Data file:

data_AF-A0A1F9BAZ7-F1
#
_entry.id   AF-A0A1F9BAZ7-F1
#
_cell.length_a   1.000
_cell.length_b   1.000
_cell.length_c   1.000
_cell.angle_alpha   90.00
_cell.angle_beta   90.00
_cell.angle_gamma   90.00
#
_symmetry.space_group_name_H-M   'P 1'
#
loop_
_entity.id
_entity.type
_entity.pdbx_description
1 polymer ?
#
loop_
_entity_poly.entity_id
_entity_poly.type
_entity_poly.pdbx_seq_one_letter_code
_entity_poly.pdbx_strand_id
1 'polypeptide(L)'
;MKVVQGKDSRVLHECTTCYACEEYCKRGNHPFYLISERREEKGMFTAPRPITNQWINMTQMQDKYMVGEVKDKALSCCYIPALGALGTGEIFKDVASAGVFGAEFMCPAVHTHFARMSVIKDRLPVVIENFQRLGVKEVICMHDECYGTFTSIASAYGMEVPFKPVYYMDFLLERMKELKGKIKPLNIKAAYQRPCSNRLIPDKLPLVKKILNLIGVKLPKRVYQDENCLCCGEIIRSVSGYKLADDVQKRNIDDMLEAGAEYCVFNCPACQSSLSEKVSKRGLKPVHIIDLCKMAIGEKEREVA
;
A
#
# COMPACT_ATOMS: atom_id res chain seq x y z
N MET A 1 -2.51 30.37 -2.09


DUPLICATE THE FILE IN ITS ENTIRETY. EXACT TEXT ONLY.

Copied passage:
data_AF-A0A1F9BAZ7-F1
#
_entry.id   AF-A0A1F9BAZ7-F1
#
_cell.length_a   1.000
_cell.length_b   1.000
_cell.length_c   1.000
_cell.angle_alpha   90.00
_cell.angle_beta   90.00
_cell.angle_gamma   90.00
#
_symmetry.space_group_name_H-M   'P 1'
#
loop_
_entity.id
_entity.type
_entity.pdbx_description
1 polymer ?
#
loop_
_entity_poly.entity_id
_entity_poly.type
_entity_poly.pdbx_seq_one_letter_code
_entity_poly.pdbx_strand_id
1 'polypeptide(L)'
;MKVVQGKDSRVLHECTTCYACEEYCKRGNHPFYLISERREEKGMFTAPRPITNQWINMTQMQDKYMVGEVKDKALSCCYIPALGALGTGEIFKDVASAGVFGAEFMCPAVHTHFARMSVIKDRLPVVIENFQRLGVKEVICMHDECYGTFTSIASAYGMEVPFKPVYYMDFLLERMKELKGKIKPLNIKAAYQRPCSNRLIPDKLPLVKKILNLIGVKLPKRVYQDENCLCCGEIIRSVSGYKLADDVQKRNIDDMLEAGAEYCVFNCPACQSSLSEKVSKRGLKPVHIIDLCKMAIGEKEREVA
;
A
#
# COMPACT_ATOMS: atom_id res chain seq x y z
N MET A 1 -2.51 30.37 -2.09